STONY BROOK, NY, October 16, 2012 – Stony Brook University officially opened the doors to its new Agriculture Consumer Science Center (ACSC) at the Stony Brook University Incubator at Calverton during a commemorative event held on October 16. Stony Brook President Samuel L. Stanley Jr., M.D., New York State Senator Kenneth P. LaValle and other officials instrumental in bringing this new facility to fruition were joined by local entrepreneurs and members of the East End business and agriculture communities for the commemorative ceremony.
The ACSC, an 8,300-square-foot annex to the Calverton Incubator, will provide regional food and wine producers and local entrepreneurs access to shared processing areas. It also facilitates contact with collaborating researchers, scientists and professionals from Stony Brook University, Brookhaven National Laboratory and the NYS Small Business Development Center, all of which can guide and advise from a business concept all the way to commercialization.
In March 2010, Stony Brook announced that through the efforts of New York State Senator Kenneth P. LaValle, the University was selected to receive a $3.5 million grant from the New York State Economic Development Assistance Program (NYS EDAP) for the construction of the ACSC with a focus on the development of aquaculture, agriculture and environmental technologies. Funding for the project was administered by the Dormitory Authority of the State of New York (DASNY). In his remarks, Dr. Stanley expressed gratitude to Senator LaValle for his efforts in securing the $3.5 million for construction, and to the Town of Riverhead for donating the 50 acres of land on which the ACSC is built.
“Economic Development is a key component of the Stony Brook University mission and critical to the growth and success of Long Island’s economy,” said President Stanley. “Now that the Center is officially open for business, the University has taken the first steps to bridge the gap between the East End and the market shelf.”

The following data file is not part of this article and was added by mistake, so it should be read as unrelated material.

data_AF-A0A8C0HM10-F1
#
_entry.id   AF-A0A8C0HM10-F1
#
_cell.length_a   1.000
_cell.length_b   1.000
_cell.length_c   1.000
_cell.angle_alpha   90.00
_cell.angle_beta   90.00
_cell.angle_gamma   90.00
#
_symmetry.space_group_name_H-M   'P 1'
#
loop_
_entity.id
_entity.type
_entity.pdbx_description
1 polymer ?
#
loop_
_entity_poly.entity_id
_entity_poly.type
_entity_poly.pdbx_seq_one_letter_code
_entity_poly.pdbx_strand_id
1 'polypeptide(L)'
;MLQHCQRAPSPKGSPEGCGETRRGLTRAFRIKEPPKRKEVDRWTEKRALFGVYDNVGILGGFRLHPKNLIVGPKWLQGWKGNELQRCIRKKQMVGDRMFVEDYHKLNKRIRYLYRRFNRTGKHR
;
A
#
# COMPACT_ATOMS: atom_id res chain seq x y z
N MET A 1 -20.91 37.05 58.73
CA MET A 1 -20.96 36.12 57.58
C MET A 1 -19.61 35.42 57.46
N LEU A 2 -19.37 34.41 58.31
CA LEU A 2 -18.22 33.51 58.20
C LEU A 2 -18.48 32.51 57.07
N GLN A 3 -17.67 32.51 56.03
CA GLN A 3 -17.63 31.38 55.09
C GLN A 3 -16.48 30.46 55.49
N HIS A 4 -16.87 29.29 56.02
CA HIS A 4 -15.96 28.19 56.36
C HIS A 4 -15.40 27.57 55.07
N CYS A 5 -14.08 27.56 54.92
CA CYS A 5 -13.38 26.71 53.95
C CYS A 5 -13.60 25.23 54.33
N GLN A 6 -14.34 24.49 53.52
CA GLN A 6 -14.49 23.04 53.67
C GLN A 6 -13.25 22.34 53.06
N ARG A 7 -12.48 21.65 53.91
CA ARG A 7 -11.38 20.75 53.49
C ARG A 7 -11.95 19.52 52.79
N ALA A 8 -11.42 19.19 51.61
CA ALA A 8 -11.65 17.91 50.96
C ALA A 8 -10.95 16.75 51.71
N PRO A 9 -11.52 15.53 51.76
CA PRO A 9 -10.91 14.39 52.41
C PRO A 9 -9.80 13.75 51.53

The new facility houses fully functional resources for agricultural producers and small scale food processors in both hot process and dry process functions. Dry storage, cold storage, and freezer storage units are available on site, as well as a product development area with a viewing section for demonstration purposes. Producers will also be afforded laboratory space with ductless fume hoods and a microbiology lab for research and development. A loading dock will serve both the new addition and the existing building. Ten users of the ACSC have been approved to date.
“The ACSC will help local farmers and businesses contribute to local job creation and help to bring the next great product to market, all right here in Riverhead,” said Senator LaValle.
Janet Jensen, a soon-to-be ACSC tenant and founder of N.O.A. Bars, a start-up company that produces all-natural snack bars, expressed her appreciation for the assistance of the Agriculture Consumer Science Center. “This brand new facility has beautiful state-of-the-art equipment, as well as business planning and all the guidance a person will need to get the best possible start to having a successful business,” Jensen said. “I am certain that many others will also benefit from the opportunities presented by this fine facility.”